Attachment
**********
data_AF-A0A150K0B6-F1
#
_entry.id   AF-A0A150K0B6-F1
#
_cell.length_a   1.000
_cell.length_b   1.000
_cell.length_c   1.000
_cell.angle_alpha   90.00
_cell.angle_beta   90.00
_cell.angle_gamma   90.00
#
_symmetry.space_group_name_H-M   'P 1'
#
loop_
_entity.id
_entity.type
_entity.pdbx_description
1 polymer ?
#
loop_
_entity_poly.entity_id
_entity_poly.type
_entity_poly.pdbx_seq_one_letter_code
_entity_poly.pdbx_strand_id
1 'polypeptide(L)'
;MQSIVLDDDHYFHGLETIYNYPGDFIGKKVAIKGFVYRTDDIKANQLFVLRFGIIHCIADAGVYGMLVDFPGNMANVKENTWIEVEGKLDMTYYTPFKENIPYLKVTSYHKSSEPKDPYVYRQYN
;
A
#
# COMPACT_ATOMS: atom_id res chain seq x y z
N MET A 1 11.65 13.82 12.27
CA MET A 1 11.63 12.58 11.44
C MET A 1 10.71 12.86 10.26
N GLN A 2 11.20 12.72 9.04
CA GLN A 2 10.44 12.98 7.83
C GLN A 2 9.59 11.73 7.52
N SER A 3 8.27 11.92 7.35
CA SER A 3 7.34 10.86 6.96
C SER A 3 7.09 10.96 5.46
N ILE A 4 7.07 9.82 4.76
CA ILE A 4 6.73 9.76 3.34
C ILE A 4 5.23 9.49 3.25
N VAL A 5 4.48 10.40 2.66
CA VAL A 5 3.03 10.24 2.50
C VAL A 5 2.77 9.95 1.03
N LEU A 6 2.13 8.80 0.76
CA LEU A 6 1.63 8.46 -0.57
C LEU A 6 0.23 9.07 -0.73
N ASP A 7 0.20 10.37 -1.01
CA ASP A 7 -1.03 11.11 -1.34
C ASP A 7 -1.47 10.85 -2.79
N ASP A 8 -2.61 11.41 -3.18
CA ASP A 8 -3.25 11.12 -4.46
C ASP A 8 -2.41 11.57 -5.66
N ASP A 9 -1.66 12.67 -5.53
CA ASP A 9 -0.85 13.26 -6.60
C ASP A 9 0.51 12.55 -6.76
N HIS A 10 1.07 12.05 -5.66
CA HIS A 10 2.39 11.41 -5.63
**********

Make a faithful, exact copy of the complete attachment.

data_AF-A0A150K0B6-F1
#
_entry.id   AF-A0A150K0B6-F1
#
_cell.length_a   1.000
_cell.length_b   1.000
_cell.length_c   1.000
_cell.angle_alpha   90.00
_cell.angle_beta   90.00
_cell.angle_gamma   90.00
#
_symmetry.space_group_name_H-M   'P 1'
#
loop_
_entity.id
_entity.type
_entity.pdbx_description
1 polymer ?
#
loop_
_entity_poly.entity_id
_entity_poly.type
_entity_poly.pdbx_seq_one_letter_code
_entity_poly.pdbx_strand_id
1 'polypeptide(L)'
;MQSIVLDDDHYFHGLETIYNYPGDFIGKKVAIKGFVYRTDDIKANQLFVLRFGIIHCIADAGVYGMLVDFPGNMANVKENTWIEVEGKLDMTYYTPFKENIPYLKVTSYHKSSEPKDPYVYRQYN
;
A
#
# COMPACT_ATOMS: atom_id res chain seq x y z
N MET A 1 11.65 13.82 12.27
CA MET A 1 11.63 12.58 11.44
C MET A 1 10.71 12.86 10.26
N GLN A 2 11.20 12.72 9.04
CA GLN A 2 10.44 12.98 7.83
C GLN A 2 9.59 11.73 7.52
N SER A 3 8.27 11.92 7.35
CA SER A 3 7.34 10.86 6.96
C SER A 3 7.09 10.96 5.46
N ILE A 4 7.07 9.82 4.76
CA ILE A 4 6.73 9.76 3.34
C ILE A 4 5.23 9.49 3.25
N VAL A 5 4.48 10.40 2.66
CA VAL A 5 3.03 10.24 2.50
C VAL A 5 2.77 9.95 1.03
N LEU A 6 2.13 8.80 0.76
CA LEU A 6 1.63 8.46 -0.57
C LEU A 6 0.23 9.07 -0.73
N ASP A 7 0.20 10.37 -1.01
CA ASP A 7 -1.03 11.11 -1.34
C ASP A 7 -1.47 10.85 -2.79
N ASP A 8 -2.61 11.41 -3.18
CA ASP A 8 -3.25 11.12 -4.46
C ASP A 8 -2.41 11.57 -5.66
N ASP A 9 -1.66 12.67 -5.53
CA ASP A 9 -0.85 13.26 -6.60
C ASP A 9 0.51 12.55 -6.76
N HIS A 10 1.07 12.05 -5.66
CA HIS A 10 2.39 11.41 -5.63